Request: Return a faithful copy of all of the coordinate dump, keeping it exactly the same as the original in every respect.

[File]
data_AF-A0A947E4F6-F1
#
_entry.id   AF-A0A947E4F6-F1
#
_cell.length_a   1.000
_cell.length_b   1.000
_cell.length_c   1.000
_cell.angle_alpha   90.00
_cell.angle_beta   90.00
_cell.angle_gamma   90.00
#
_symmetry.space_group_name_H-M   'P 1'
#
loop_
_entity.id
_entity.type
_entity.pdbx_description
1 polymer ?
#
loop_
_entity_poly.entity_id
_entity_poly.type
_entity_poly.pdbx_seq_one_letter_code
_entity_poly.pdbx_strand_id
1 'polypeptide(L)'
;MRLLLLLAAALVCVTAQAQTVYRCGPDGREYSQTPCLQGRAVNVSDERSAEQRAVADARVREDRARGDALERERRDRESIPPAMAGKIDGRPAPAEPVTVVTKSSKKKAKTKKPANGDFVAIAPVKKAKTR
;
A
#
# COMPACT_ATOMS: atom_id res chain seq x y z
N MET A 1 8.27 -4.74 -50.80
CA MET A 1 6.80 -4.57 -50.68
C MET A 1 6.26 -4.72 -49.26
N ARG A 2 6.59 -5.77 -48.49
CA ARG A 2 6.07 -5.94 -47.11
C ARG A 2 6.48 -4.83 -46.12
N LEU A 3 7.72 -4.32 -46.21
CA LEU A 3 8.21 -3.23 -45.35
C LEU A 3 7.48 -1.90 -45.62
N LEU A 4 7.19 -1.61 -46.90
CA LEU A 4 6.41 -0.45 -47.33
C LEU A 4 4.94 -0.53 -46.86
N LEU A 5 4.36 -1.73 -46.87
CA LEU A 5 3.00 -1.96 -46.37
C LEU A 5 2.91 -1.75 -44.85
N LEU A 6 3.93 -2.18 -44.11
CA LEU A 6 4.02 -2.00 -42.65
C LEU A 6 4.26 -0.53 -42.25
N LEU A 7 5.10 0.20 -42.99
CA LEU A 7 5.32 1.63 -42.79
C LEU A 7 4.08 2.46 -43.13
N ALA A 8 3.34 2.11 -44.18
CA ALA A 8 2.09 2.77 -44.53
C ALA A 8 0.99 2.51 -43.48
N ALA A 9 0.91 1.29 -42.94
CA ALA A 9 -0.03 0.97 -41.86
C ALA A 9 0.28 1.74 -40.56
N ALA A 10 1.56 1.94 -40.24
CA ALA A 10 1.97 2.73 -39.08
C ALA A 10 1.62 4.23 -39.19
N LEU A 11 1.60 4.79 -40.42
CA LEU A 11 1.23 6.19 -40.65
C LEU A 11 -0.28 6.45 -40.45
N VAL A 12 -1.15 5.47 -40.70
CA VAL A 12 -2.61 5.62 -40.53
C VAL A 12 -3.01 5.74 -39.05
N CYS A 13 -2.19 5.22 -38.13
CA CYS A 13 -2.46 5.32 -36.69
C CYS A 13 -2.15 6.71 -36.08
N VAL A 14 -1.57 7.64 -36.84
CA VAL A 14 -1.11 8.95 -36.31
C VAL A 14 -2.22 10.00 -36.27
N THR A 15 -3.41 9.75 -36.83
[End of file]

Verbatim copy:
data_AF-A0A947E4F6-F1
#
_entry.id   AF-A0A947E4F6-F1
#
_cell.length_a   1.000
_cell.length_b   1.000
_cell.length_c   1.000
_cell.angle_alpha   90.00
_cell.angle_beta   90.00
_cell.angle_gamma   90.00
#
_symmetry.space_group_name_H-M   'P 1'
#
loop_
_entity.id
_entity.type
_entity.pdbx_description
1 polymer ?
#
loop_
_entity_poly.entity_id
_entity_poly.type
_entity_poly.pdbx_seq_one_letter_code
_entity_poly.pdbx_strand_id
1 'polypeptide(L)'
;MRLLLLLAAALVCVTAQAQTVYRCGPDGREYSQTPCLQGRAVNVSDERSAEQRAVADARVREDRARGDALERERRDRESIPPAMAGKIDGRPAPAEPVTVVTKSSKKKAKTKKPANGDFVAIAPVKKAKTR
;
A
#
# COMPACT_ATOMS: atom_id res chain seq x y z
N MET A 1 8.27 -4.74 -50.80
CA MET A 1 6.80 -4.57 -50.68
C MET A 1 6.26 -4.72 -49.26
N ARG A 2 6.59 -5.77 -48.49
CA ARG A 2 6.07 -5.94 -47.11
C ARG A 2 6.48 -4.83 -46.12
N LEU A 3 7.72 -4.32 -46.21
CA LEU A 3 8.21 -3.23 -45.35
C LEU A 3 7.48 -1.90 -45.62
N LEU A 4 7.19 -1.61 -46.90
CA LEU A 4 6.41 -0.45 -47.33
C LEU A 4 4.94 -0.53 -46.86
N LEU A 5 4.36 -1.73 -46.87
CA LEU A 5 3.00 -1.96 -46.37
C LEU A 5 2.91 -1.75 -44.85
N LEU A 6 3.93 -2.18 -44.11
CA LEU A 6 4.02 -2.00 -42.65
C LEU A 6 4.26 -0.53 -42.25
N LEU A 7 5.10 0.20 -42.99
CA LEU A 7 5.32 1.63 -42.79
C LEU A 7 4.08 2.46 -43.13
N ALA A 8 3.34 2.11 -44.18
CA ALA A 8 2.09 2.77 -44.53
C ALA A 8 0.99 2.51 -43.48
N ALA A 9 0.91 1.29 -42.94
CA ALA A 9 -0.03 0.97 -41.86
C ALA A 9 0.28 1.74 -40.56
N ALA A 10 1.56 1.94 -40.24
CA ALA A 10 1.97 2.73 -39.08
C ALA A 10 1.62 4.23 -39.19
N LEU A 11 1.60 4.79 -40.42
CA LEU A 11 1.23 6.19 -40.65
C LEU A 11 -0.28 6.45 -40.45
N VAL A 12 -1.15 5.47 -40.70
CA VAL A 12 -2.61 5.62 -40.53
C VAL A 12 -3.01 5.74 -39.05
N CYS A 13 -2.19 5.22 -38.13
CA CYS A 13 -2.46 5.32 -36.69
C CYS A 13 -2.15 6.71 -36.08
N VAL A 14 -1.57 7.64 -36.84
CA VAL A 14 -1.11 8.95 -36.31
C VAL A 14 -2.22 10.00 -36.27
N THR A 15 -3.41 9.75 -36.83